Thanks to you both for sharing your thoughts.

Afternoon Sessions

Kate Jones presented some excellent information on interactive, engaging resources that are readily available to engage younger learners. No need to create engaging material from scratch, check out some of these sites;

Thanks Kate for your generosity.
Regan Harding inspired us with her Gen X & Y ‘treasures within’ presentation, provoking discussion about the exploration of personal identity and learning and how electronic mediums can provide young people with chances to be seen and be heard.

Regan graciously shared her journey and Youth at Risk projects with us. She shared what has worked for her and what might work……

I am hoping that Regan will grace this blog with a guest post on this topic very soon.

Kristin Teece from New England joined us at the end of the day to discuss Social Networking, engaging the Disengaged… flexible and real learning… literacy and numeracy skills, IT skills, self development and creativity… Building positive educational experiences and relationships on the social networks (specifically myspace) and what to be aware of in a professional educational settings.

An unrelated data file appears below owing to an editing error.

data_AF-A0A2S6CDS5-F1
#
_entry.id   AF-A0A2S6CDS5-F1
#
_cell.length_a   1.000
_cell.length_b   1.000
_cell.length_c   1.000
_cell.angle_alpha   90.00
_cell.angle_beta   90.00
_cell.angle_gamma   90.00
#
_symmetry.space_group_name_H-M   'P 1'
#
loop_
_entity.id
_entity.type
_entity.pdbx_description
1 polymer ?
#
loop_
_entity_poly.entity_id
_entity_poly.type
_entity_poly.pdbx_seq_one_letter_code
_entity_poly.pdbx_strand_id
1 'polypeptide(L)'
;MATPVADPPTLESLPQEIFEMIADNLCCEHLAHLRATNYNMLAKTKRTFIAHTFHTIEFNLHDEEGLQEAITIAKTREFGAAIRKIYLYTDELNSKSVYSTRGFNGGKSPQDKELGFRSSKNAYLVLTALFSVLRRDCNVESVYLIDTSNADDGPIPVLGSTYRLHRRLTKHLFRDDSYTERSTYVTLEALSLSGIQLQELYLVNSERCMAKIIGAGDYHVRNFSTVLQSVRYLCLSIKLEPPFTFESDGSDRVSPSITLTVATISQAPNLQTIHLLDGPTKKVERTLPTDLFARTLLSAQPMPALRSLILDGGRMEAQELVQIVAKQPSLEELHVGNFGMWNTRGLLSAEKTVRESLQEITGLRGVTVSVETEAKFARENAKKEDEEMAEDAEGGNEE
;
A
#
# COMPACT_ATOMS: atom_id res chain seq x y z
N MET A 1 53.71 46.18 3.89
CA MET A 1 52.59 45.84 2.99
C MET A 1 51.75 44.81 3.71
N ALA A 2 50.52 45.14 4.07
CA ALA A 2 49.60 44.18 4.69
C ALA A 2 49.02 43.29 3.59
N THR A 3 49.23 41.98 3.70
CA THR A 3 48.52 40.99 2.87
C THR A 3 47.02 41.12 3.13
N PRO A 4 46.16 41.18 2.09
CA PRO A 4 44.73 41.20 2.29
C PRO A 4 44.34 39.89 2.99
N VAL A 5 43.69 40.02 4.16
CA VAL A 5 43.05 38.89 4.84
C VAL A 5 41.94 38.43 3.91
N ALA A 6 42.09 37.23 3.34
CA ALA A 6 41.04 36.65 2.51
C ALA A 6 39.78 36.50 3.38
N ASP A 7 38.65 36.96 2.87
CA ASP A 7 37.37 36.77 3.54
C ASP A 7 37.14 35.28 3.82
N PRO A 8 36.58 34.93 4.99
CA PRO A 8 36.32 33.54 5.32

Discussions over a beer…

One of the most interesting conversations of the day was about the communication methods, language and perceptions of youth (Gen X & Y). How do they communicate with peers, bosses and teachers? What they expect, what they ‘don’t get’, what their elders ‘don’t get’. Mark Keevers, our official Gen X person had some great points to share and it was over a beer, at the Nautilus bar, at the end of the day, that this discussion got really interesting. The discussion was recorded by Padmini Sampathkumar on an mp3 player. I am hoping to get some clips of this discussion to share with you here. So thanks Padmini for recording that one.

Thank you

Thanks to all our guest speakers and attendees for their hard work and contributions for the day. A special thanks to Luke Hodges from the AFLF who was our technical expert and support guru for the day. You are a legend!